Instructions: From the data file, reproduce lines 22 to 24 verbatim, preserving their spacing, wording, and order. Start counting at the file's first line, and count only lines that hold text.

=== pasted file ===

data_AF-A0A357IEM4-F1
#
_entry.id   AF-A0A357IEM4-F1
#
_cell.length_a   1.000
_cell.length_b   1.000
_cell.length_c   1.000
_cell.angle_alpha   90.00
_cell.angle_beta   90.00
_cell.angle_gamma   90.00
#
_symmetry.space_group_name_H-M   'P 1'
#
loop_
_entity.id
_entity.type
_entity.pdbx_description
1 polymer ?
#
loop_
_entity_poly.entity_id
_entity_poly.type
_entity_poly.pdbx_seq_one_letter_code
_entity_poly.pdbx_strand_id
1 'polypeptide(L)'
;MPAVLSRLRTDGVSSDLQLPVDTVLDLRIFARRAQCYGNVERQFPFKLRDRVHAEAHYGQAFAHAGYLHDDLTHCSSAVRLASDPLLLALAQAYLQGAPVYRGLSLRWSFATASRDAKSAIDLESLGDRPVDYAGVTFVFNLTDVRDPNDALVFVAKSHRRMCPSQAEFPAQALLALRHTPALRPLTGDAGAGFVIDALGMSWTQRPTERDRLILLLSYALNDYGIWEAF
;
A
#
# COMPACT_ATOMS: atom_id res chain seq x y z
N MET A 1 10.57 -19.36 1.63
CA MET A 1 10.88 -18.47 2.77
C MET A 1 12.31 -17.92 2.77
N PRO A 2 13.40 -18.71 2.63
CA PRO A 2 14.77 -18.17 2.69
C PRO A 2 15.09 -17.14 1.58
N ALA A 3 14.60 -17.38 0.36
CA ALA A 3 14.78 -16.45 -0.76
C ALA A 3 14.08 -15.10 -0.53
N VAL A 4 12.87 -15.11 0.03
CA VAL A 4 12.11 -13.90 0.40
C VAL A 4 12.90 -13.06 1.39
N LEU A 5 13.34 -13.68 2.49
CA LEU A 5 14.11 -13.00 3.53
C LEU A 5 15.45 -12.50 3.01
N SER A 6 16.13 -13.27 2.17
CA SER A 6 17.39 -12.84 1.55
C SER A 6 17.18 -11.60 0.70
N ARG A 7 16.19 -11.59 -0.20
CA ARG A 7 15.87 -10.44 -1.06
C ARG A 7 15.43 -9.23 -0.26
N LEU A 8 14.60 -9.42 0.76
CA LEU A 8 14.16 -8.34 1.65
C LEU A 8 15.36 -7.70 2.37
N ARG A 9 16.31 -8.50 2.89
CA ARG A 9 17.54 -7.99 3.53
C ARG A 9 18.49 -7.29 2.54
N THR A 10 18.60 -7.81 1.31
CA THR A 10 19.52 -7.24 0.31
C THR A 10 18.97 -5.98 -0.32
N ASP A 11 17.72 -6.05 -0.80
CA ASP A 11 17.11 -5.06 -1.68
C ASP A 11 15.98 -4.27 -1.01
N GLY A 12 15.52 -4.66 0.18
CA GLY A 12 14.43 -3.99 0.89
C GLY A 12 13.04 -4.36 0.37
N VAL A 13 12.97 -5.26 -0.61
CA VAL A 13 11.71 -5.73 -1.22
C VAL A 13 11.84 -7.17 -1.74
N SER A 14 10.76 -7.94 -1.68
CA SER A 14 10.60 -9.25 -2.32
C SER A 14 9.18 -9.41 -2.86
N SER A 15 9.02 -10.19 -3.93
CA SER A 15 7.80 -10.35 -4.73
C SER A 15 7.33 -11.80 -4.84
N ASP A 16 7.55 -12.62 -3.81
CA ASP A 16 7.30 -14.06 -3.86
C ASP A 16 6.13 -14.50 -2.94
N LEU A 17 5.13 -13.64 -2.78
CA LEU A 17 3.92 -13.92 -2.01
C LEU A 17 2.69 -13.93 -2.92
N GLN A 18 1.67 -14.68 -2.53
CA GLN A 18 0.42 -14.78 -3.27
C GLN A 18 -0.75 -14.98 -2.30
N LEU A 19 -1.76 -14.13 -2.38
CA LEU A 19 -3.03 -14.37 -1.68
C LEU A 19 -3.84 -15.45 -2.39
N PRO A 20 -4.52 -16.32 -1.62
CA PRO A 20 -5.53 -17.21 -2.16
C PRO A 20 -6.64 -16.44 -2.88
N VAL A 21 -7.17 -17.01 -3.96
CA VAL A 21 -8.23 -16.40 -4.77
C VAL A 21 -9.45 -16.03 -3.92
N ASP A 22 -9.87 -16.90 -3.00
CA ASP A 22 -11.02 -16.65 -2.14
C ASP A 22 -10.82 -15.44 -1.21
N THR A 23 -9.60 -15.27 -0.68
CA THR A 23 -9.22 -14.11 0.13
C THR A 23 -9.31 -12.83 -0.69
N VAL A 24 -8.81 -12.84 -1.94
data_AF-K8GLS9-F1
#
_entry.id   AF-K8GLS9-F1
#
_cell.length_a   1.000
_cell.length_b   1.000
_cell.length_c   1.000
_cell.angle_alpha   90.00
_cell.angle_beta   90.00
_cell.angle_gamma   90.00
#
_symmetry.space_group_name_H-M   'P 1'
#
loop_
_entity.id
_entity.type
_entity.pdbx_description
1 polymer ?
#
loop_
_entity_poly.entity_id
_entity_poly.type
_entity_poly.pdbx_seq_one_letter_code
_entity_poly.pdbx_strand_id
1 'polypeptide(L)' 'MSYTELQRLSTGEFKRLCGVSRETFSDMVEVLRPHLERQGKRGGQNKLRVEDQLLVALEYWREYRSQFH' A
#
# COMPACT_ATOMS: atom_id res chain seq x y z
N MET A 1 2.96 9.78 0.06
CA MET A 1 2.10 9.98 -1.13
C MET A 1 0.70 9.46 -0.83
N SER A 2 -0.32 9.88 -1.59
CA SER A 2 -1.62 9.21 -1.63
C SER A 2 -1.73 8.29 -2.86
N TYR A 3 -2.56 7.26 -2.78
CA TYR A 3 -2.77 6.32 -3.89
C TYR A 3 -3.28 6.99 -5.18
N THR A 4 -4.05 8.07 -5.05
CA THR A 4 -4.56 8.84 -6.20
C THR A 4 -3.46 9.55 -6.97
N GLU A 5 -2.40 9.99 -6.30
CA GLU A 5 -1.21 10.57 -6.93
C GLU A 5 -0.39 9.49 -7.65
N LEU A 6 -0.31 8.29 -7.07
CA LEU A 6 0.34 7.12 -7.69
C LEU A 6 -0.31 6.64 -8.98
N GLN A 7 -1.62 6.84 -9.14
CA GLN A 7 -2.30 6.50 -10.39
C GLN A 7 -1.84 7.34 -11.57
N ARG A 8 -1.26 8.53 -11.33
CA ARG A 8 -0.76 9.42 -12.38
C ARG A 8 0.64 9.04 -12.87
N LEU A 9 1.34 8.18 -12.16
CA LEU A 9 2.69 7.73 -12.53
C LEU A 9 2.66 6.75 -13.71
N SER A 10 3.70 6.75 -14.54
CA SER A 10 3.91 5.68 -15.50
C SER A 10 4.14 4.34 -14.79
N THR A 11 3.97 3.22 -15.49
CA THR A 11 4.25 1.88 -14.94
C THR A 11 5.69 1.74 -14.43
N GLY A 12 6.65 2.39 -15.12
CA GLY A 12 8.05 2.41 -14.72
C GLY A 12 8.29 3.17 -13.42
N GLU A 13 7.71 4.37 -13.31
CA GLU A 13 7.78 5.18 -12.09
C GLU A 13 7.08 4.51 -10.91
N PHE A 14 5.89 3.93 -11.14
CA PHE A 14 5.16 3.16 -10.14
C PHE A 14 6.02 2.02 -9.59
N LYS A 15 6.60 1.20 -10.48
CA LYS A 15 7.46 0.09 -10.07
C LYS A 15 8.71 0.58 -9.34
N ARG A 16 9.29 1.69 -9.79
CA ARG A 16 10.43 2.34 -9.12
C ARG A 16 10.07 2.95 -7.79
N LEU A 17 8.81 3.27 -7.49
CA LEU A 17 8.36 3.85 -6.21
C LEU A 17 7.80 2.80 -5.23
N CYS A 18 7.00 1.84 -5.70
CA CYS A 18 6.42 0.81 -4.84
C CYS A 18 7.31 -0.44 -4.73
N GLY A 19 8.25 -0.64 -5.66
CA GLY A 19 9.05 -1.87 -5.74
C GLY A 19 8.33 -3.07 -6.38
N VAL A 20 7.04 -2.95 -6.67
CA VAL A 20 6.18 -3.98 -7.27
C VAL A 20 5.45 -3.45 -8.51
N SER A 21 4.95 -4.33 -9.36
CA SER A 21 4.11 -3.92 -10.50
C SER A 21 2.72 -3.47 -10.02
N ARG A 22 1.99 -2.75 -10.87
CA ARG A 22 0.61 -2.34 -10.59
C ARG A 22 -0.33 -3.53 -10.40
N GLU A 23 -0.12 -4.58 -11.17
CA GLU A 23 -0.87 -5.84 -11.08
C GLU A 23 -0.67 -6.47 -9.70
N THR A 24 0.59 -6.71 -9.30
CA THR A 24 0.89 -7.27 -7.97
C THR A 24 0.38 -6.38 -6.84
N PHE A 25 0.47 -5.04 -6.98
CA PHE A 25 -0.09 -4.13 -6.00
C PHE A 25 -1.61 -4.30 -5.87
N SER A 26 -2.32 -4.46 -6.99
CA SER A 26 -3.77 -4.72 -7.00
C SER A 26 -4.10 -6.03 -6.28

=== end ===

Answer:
_entity_poly.type
_entity_poly.pdbx_seq_one_letter_code
_entity_poly.pdbx_strand_id